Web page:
NHS Workforce Plan – Battling the Staffing Crisis

Topics covered: NHS, NHS Funding, staff shortage, staffing levels

The NHS Workforce Plan (“Plan”), published on Friday 7 July 2023, outlines a number of Government interventions designed to reform the NHS workforce in a sustainable way for the future.

This could not come at a more crucial time amidst the strikes over pay and working conditions in general.

The Government has backed the Plan with £2.4 billion that is set to address NHS vacancies and meet the challenges of having a growing and ageing population over the next 15 years.

The themes of the Plan are “Train, Retain, and Reform”.

Staff Training

The Plan states that by expanding domestic education, training and recruitment, reliance on agency staff can be reduced and reliance on   international workforce recruitment is expected to reduce from 25% currently to 10% in 15 years’ time.

This will be achieved by:

  • Doubling the number of medical schools by 2031, from 7,500 to 15,000, with the first places at the new schools being available from September 2025;
  • Increasing GP training places by 50% up to 6,000 by 2031, with the first 500 training places available by September 2025;
  • Nearly doubling the number of adult nurse training places by 2031, having more than 24,000 more nurse and midwife training places and 5,000 more mental and learning disability nurses per year; and
  • Expand dentistry training places by 40%, having more than 300 additional training places by 2031.

In addition to the above, it has been proposed that NHS England will work with the General Medical Council (“GMC”) to allow pharmacists and a select number of other healthcare professionals to train as medics under a shortened medical degree programme. Professionals who wish to participate in this programme will still be required to achieve all the usual standards and outcomes for graduates set by the GMC. Details on what this programme would include and how long it would take are yet to be released.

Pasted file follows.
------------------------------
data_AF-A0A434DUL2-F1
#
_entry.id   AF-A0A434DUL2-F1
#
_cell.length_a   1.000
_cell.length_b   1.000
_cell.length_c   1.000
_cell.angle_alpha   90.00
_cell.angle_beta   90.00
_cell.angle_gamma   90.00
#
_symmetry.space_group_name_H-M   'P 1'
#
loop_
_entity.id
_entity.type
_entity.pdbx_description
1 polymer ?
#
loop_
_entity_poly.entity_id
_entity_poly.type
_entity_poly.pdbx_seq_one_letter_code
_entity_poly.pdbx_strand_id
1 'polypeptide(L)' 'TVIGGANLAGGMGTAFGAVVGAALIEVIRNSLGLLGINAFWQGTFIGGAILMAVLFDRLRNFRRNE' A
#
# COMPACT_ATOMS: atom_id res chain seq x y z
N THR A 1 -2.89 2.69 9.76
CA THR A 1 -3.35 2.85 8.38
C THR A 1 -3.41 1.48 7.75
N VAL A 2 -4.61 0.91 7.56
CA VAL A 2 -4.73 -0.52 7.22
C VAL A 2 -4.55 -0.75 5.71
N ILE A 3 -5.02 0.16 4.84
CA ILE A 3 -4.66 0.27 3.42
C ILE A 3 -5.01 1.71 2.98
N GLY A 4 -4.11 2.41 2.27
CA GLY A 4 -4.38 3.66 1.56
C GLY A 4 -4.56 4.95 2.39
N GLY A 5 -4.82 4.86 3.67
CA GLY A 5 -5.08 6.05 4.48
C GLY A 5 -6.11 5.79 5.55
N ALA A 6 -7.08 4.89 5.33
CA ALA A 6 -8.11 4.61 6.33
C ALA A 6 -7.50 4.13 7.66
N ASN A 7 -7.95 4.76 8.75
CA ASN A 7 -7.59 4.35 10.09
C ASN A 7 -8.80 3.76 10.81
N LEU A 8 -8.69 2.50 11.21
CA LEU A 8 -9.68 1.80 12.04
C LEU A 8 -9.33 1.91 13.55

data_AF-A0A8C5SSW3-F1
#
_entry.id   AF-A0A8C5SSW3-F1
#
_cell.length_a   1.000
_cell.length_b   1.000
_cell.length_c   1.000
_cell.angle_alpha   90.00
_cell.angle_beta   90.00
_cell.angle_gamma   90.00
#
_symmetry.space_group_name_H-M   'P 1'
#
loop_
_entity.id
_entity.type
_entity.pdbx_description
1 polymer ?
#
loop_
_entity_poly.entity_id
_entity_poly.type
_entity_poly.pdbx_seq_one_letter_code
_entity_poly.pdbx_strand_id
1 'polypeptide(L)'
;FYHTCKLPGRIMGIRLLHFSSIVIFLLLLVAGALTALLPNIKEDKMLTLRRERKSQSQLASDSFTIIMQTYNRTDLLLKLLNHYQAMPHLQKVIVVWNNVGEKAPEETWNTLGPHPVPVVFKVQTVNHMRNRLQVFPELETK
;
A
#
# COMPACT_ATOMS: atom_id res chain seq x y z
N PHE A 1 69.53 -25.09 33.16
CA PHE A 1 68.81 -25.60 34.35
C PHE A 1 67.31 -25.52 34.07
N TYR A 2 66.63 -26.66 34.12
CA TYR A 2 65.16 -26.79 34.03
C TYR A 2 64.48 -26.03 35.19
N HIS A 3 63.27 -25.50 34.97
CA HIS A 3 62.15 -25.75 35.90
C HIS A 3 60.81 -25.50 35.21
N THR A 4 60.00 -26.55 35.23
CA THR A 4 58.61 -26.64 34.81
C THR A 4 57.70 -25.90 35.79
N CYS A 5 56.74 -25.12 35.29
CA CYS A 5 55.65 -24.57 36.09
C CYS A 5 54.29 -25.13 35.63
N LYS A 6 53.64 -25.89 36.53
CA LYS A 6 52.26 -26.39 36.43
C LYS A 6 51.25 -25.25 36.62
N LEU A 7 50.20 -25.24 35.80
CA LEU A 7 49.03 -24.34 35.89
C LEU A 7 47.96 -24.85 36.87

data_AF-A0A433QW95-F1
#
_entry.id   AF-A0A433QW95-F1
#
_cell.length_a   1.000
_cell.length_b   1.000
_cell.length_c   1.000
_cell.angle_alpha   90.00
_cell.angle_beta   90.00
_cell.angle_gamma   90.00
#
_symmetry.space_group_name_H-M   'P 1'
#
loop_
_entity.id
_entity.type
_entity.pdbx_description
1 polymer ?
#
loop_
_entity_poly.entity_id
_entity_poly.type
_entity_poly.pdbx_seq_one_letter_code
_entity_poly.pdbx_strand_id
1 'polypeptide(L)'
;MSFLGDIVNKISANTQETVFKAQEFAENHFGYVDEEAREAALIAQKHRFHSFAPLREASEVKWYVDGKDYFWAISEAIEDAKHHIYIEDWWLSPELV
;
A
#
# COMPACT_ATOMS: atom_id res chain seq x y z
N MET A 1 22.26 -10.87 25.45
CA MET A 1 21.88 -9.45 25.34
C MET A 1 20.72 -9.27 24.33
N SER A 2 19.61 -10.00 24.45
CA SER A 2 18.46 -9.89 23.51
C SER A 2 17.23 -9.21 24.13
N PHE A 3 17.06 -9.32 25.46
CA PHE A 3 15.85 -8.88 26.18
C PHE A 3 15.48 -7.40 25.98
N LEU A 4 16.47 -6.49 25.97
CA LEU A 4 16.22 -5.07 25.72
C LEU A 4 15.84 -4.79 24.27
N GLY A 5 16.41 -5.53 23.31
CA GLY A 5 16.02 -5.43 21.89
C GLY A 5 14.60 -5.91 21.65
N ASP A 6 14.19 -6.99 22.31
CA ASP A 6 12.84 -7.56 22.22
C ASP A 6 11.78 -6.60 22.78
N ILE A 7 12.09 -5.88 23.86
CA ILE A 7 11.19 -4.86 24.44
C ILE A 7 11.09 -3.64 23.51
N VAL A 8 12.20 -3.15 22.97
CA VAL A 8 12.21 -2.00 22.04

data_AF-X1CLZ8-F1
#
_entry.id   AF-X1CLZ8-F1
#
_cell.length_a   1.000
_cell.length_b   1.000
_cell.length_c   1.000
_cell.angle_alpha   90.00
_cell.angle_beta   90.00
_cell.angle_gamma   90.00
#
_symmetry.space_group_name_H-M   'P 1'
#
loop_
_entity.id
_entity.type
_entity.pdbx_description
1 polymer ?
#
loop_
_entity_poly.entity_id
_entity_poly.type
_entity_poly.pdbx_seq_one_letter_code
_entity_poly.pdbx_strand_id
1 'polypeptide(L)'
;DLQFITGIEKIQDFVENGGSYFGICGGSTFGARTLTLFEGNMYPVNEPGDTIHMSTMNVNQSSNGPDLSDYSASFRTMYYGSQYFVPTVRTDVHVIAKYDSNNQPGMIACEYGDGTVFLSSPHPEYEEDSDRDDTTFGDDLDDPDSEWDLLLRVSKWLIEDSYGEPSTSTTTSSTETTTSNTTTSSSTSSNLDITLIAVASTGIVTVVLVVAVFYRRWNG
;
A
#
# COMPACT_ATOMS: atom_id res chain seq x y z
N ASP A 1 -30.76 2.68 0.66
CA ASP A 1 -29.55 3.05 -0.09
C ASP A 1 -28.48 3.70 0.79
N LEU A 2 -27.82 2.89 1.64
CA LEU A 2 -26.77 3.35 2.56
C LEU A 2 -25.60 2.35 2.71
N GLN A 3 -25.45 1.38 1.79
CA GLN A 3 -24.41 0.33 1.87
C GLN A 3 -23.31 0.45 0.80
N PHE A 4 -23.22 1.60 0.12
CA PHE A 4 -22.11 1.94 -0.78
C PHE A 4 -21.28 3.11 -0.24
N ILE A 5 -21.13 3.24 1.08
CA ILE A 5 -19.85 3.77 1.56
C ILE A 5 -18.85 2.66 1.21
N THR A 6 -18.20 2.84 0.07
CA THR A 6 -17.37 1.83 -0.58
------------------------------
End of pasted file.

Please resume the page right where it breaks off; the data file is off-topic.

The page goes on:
Staff Retention

The Plan notes lofty aspirations to improve culture, leadership and wellbeing, which would aim to ensure that 130,000 fewer staff leave the NHS over the next 15 years.

The Plan proposes to achieve this in the following ways:

  • Improving flexible opportunities for prospective retirees to keep them in the workforce longer as well as make it easier for retired workers to return to the workforce on either flexible contracts or temporary roles;
  • Reform the pension scheme to enable staff to partially retire or return to work and continue building their pension after retirement;
  • Commit to ongoing funding for continuing professional development for nurses, midwives and allied health professionals so that NHS staff can be supported; and
  • Improve childcare arrangements to support NHS staff to remain in work.


The main reforms in the Plan are centered on utilising technological advances to their fullest.

This includes:

  • Using technological innovations such as Artificial Intelligence, speech recognition, robotic process automation and remote monitoring to support the workforce, which is estimated to allow for 44% of all administration work in general practice to be mostly or fully automated;
  • Turn focus to expanding enhanced, advanced and associate positions; and
  • Supporting medical schools to decrease their degree programmes from five to four years and pilot a medical internship programme which will reduce undergraduate training time with approval of the GMC.

Social Care

This may beg the question about what is being done about the social care workforce, who is in equally desperate need of assistance.

In the Autumn Statement, the Government announced additional funding of up to £7.5 billion over the next two years to help boost capacity.

The Government also expects that investment in the NHS will help to alleviate the pressures on social care because some people who train in these professions will likely choose to work in social care once qualified.


Overall, there appears to be an influx in funding aimed at training and retaining individuals in the workforce. How effective these interventions will be is yet to be seen. Hopefully, as predicted, these new, shorter and more flexible routes to qualification and employment will enable the health and social care sector as a whole to resolve the current staffing crisis.

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